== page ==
On Sundays, some of us could catch glimpses of his true nature when his round pudgy face, hawk nose and small eyes would take on a special glimmer and a crisp thin smile would cross his lips when he’d pass the collection plate around. Once the collection plate was back on the altar, he’d turn his back to the congregation, look at it and smile. He’d then almost immediately compose himself and place a stern look on his brow and pull his lips back into almost a snarl. Then he’d turn to the small congregation of peasant farmers and meager townsfolk and brusquely remind us how it was doing God’s will to give money and property to the church.
Gave they did. Till it hurt, and yet, somehow the church building would only just receive the necessary maintenance to keep going. Humph, I guess it finally caught up with him when the rope for the bell tower broke.
Several witnesses claim they saw him at the general store last week. He inquired into the cost of a new rope and the workers necessary for it’s installation. The store clerk told me later that when he had calculated out the estimate and given it to the Father his faced turned red with anger that no one was willing to challenge. He left the store yelling that the “Lord would show no mercy on such audacious sinners!” He made quite a scene and frightened a few people.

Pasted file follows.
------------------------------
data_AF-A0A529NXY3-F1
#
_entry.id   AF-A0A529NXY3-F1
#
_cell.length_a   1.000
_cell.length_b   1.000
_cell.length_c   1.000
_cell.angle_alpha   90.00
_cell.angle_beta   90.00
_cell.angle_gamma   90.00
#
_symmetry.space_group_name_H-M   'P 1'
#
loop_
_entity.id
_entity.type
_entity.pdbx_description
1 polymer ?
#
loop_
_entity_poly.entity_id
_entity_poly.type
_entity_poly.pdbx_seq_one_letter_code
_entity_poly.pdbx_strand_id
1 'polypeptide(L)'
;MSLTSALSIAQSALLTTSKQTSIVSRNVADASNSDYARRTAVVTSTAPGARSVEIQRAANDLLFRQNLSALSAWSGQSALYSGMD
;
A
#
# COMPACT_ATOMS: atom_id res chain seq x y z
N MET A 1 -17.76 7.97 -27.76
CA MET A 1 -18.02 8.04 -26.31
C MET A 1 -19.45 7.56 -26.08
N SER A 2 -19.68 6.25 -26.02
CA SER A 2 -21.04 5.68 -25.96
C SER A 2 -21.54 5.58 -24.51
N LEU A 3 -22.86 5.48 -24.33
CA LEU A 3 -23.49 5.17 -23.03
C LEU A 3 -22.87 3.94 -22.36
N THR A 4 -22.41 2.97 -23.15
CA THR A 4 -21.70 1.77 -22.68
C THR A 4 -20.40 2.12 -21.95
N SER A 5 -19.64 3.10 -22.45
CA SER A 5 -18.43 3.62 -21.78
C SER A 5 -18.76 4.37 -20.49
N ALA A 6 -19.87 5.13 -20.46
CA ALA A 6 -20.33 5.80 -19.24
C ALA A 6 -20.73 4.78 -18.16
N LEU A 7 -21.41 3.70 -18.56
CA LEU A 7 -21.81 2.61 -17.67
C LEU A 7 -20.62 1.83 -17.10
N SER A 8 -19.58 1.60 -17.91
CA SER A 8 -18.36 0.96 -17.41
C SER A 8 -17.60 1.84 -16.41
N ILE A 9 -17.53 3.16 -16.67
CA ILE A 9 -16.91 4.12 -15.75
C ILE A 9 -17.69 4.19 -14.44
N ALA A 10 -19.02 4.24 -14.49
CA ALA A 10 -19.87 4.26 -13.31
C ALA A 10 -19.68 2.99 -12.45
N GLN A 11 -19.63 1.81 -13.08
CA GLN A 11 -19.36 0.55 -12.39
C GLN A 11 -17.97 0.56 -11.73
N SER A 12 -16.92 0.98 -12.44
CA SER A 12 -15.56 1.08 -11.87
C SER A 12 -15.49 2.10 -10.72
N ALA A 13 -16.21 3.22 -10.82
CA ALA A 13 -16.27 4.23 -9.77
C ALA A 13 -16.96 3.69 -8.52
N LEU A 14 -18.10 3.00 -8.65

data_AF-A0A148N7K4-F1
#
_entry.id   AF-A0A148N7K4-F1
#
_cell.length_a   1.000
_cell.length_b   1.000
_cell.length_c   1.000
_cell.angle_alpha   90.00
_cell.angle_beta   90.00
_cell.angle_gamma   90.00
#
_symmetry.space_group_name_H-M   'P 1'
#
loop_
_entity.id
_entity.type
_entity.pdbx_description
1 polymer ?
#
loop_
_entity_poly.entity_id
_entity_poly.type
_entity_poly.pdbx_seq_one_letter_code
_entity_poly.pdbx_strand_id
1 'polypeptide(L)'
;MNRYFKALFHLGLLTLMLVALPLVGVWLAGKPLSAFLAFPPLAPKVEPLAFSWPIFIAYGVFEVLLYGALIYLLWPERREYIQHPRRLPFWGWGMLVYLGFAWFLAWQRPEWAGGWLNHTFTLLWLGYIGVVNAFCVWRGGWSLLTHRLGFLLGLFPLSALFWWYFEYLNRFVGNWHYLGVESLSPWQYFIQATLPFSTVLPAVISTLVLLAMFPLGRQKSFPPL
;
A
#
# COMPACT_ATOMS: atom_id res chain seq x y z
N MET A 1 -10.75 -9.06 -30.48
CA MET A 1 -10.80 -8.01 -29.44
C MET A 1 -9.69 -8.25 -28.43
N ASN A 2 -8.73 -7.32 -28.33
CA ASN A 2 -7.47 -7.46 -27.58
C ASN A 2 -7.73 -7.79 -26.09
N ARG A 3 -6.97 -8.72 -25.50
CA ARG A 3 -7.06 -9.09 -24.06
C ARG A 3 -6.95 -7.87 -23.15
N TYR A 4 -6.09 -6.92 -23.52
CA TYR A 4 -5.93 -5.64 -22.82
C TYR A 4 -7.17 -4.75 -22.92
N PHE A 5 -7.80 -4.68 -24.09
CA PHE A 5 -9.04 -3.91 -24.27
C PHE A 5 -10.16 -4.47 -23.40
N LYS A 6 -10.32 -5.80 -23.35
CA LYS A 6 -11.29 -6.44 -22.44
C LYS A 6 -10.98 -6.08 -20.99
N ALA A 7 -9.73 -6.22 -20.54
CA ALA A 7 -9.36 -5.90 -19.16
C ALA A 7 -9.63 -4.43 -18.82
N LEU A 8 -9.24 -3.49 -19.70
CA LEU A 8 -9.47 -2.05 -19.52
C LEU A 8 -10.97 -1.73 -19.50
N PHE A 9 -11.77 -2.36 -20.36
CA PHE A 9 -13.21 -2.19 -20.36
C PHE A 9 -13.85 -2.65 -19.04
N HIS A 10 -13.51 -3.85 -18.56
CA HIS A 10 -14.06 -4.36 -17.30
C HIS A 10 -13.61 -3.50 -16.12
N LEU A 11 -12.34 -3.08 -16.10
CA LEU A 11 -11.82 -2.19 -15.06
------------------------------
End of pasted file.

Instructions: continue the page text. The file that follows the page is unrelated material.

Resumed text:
He had managed to leave the store still muttering to himself when he met the deputy coming out of the sheriff’s office to discover what the noise was about. It seems that once the deputy heard of the need for a new rope in the bell tower, he thought he could improve his status with the priest and make a little money to spend in the saloon. He knew of Father Enrique’s reputation and saw this a unique chance to make some easy money.
You see, two long but unforgettable weeks ago three cowboys were hung in the town’s square, for murder, horse thievery and cattle rustling. It was unpleasant to watch men dangle their last breaths of their miserable lives at the end of the hangman’s noose. But, truth told, they placed themselves into harm’s way by willfully committing their crimes. None of the three even expressed any sort of remorse for what they had done and the judge, following frontier Texas laws, ordered their execution without delay.
Usually, after a hanging, the executioner’s rope finds its place beside the body in the coffin. Its done this way simply because the rope fibers stretch under the weight of the victim and become too lax to be of any further use as an executioner’s rope. However, in this case, as I was to learn, the rope escaped it’s ignominious end rotting away in the coffin of the guilty dead.